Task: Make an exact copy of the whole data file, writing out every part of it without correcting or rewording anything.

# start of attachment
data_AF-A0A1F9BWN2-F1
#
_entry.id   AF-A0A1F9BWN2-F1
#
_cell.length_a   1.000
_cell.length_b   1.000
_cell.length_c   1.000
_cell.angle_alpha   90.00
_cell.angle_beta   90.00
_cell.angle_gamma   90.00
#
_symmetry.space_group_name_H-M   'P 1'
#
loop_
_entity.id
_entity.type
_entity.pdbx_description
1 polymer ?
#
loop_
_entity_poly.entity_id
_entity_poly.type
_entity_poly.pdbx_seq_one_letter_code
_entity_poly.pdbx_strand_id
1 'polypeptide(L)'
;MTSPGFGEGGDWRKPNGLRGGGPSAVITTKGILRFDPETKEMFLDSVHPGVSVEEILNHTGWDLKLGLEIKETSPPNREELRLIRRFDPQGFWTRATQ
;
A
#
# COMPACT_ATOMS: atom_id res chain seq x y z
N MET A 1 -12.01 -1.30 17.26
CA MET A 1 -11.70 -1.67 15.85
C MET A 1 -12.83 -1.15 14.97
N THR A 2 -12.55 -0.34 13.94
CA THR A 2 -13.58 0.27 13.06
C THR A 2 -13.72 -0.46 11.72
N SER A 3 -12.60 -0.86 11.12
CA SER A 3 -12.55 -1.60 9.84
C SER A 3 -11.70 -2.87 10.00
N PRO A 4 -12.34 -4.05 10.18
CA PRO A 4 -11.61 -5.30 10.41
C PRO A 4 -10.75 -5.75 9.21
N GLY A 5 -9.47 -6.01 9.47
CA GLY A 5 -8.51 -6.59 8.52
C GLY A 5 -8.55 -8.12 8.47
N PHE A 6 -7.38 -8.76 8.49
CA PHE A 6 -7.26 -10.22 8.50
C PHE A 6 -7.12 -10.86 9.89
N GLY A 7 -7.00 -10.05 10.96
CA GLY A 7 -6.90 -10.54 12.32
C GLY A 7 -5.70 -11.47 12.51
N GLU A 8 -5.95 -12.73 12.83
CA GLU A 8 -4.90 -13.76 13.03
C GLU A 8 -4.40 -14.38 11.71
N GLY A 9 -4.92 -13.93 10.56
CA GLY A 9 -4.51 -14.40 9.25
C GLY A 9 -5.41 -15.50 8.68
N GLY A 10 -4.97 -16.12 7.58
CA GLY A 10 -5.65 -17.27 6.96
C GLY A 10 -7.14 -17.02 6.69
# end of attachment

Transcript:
data_AF-A0A1F9BWN2-F1
#
_entry.id   AF-A0A1F9BWN2-F1
#
_cell.length_a   1.000
_cell.length_b   1.000
_cell.length_c   1.000
_cell.angle_alpha   90.00
_cell.angle_beta   90.00
_cell.angle_gamma   90.00
#
_symmetry.space_group_name_H-M   'P 1'
#
loop_
_entity.id
_entity.type
_entity.pdbx_description
1 polymer ?
#
loop_
_entity_poly.entity_id
_entity_poly.type
_entity_poly.pdbx_seq_one_letter_code
_entity_poly.pdbx_strand_id
1 'polypeptide(L)'
;MTSPGFGEGGDWRKPNGLRGGGPSAVITTKGILRFDPETKEMFLDSVHPGVSVEEILNHTGWDLKLGLEIKETSPPNREELRLIRRFDPQGFWTRATQ
;
A
#
# COMPACT_ATOMS: atom_id res chain seq x y z
N MET A 1 -12.01 -1.30 17.26
CA MET A 1 -11.70 -1.67 15.85
C MET A 1 -12.83 -1.15 14.97
N THR A 2 -12.55 -0.34 13.94
CA THR A 2 -13.58 0.27 13.06
C THR A 2 -13.72 -0.46 11.72
N SER A 3 -12.60 -0.86 11.12
CA SER A 3 -12.55 -1.60 9.84
C SER A 3 -11.70 -2.87 10.00
N PRO A 4 -12.34 -4.05 10.18
CA PRO A 4 -11.61 -5.30 10.41
C PRO A 4 -10.75 -5.75 9.21
N GLY A 5 -9.47 -6.01 9.47
CA GLY A 5 -8.51 -6.59 8.52
C GLY A 5 -8.55 -8.12 8.47
N PHE A 6 -7.38 -8.76 8.49
CA PHE A 6 -7.26 -10.22 8.50
C PHE A 6 -7.12 -10.86 9.89
N GLY A 7 -7.00 -10.05 10.96
CA GLY A 7 -6.90 -10.54 12.32
C GLY A 7 -5.70 -11.47 12.51
N GLU A 8 -5.95 -12.73 12.83
CA GLU A 8 -4.90 -13.76 13.03
C GLU A 8 -4.40 -14.38 11.71
N GLY A 9 -4.92 -13.93 10.56
CA GLY A 9 -4.51 -14.40 9.25
C GLY A 9 -5.41 -15.50 8.68
N GLY A 10 -4.97 -16.12 7.58
CA GLY A 10 -5.65 -17.27 6.96
C GLY A 10 -7.14 -17.02 6.69